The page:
Graduate Profile – Lauren Ogilvie

September 18, 2013 § Leave a comment

Have you ever wondered what happens to our incredibly talented VCAD graduates? Where do they go? What do they do? Are they still thinking about us up here in Haliburton? Well, I’ve been talking to VCAD Photo Arts grad Lauren Ogilvie, and she’s answered a few of these pressing questions…

Self Portrait - Barachois QC

Lauren Ogilvie – Self Portrait, Barachois QC

In case you never had the pleasure of meeting Lauren in the hallways, she did the VCAD program in 2011. She uses her work as a form of personal confession and confrontation, enabling her to achieve a stronger sense and acceptance of self. She believes the combination of art and the natural world to be an unstoppable duo of which she is very much a part of. (I got that from her website…you should check it out!

Here’s a look at our conversation:

So Lauren, why did you choose to take the Photo Arts certificate at HSTA?

I chose the photo arts certificate fairly last minute. I was actually enrolled in the fibre arts program and on the final day to confirm courses I had a weird panic and decided I wanted/should do the photo program instead.  I always loved taking pictures and when I actually thought about all the work I had done in the VCAD program the year before (heavily photo based) I decided it was a better fit for me.

Recognize any of these ladies? Lauren took this promo shot for the Highland Roller Girls

Recognize any of these ladies? Lauren took this promo shot for the Highland Roller Girls

What was your most memorable experience as a student here? I think finishing a bajillion photo projects in 15 weeks is pretty memorable. Sometimes it felt totally impossible given our timelines but when you find your focus its pretty amazing to see what you (and others) can do. I also really liked having my first art show in a Gallery when I was in VCAD.

Shot for a Gourmet Greek Yogurt Shop opening in Toronto called "Astarte"

Shot for a Gourmet Greek Yogurt Shop opening in Toronto called “Astarte”

What are you doing with photography today, and how has your time at HSTA influenced your current artistic practice?

Shot for Kate Atherly's (Wild Hilda Knits) newest knit line

Shot for Kate Atherly’s (Wild Hilda Knits) newest knit line

I’ve been really lucky, all of the work I am doing today is photo based.  I work (fairly) full-time as a freelance photo editor for Canadian Business Magazine. On the side I have also been pursuing my own career as a photographer; I have a really random list of clients and jobs that I’ve done (definitely not a one genre kinda gal) so I couldn’t tell you what “kind” of photographer I am but I’m getting there. I’d really like to focus on environmental portraits and photo essays. I’ve also been doing a bit of film and I’m starting to break into the world of interactive book making for tablets. My time at HSTA created my artistic practice…I don’t think I had one before I entered VCAD.  I had artistic inclinations and ideas but I really had no idea how to zero in on them. I was totally intimidated (by art making) but HSTA helped me learn how to navigate those thoughts make something useful of them…like art.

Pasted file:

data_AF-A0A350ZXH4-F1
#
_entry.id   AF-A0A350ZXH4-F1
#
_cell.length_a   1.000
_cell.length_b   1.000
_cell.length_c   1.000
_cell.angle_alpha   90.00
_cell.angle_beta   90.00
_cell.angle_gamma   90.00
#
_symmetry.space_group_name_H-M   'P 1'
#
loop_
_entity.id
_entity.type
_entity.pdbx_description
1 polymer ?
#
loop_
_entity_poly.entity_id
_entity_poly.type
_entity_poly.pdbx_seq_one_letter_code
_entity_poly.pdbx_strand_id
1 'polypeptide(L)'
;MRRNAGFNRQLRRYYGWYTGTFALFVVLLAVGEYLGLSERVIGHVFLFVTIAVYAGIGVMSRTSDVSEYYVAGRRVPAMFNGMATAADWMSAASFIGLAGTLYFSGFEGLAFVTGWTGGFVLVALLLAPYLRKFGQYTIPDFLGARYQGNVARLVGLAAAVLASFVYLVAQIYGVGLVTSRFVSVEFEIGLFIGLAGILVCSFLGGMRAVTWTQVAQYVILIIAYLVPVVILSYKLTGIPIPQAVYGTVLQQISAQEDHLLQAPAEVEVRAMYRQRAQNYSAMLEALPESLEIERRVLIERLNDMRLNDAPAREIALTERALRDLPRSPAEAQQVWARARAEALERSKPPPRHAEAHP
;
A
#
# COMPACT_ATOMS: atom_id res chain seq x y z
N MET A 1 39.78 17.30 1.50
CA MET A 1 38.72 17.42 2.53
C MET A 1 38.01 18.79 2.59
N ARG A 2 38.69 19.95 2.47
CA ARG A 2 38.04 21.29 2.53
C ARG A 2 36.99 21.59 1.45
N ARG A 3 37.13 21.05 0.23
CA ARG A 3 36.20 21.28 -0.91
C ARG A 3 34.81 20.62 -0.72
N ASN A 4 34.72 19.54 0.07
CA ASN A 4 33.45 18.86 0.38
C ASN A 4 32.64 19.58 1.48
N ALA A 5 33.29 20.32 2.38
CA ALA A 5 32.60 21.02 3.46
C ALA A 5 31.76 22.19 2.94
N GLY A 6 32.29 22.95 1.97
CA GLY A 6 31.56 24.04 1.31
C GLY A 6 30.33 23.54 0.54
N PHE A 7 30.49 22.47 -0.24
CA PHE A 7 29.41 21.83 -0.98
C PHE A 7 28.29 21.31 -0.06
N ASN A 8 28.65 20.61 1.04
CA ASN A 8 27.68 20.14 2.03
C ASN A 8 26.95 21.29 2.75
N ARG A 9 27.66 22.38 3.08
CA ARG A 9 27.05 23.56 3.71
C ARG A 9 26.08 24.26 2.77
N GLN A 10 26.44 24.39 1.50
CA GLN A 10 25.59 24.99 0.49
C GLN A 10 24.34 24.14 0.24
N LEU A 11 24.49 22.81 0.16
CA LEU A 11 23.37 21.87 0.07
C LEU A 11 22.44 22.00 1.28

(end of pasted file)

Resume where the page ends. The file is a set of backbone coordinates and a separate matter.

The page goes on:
This motel was shot as part of an ongoing series of lonely motels

This motel was shot as part of an ongoing series of lonely motels

While you’re here, check out the Photo Arts video Ogilvie worked on while she was here at HSTA:

Faculty Profile- Rob Stimpson

September 10, 2013 § Leave a comment


Rob Stimpson is certainly one of the most adventurous faculty members here at HSTA. He has been a full time photographer for over 15 years, best known for capturing stunning images of Canadian wilderness. Paddling Arctic Rivers, guiding expeditions, doing stills for a film on climate change, and travelling the world with his camera are just a few of the journeys this wilderness-obsessed instructor has embarked on.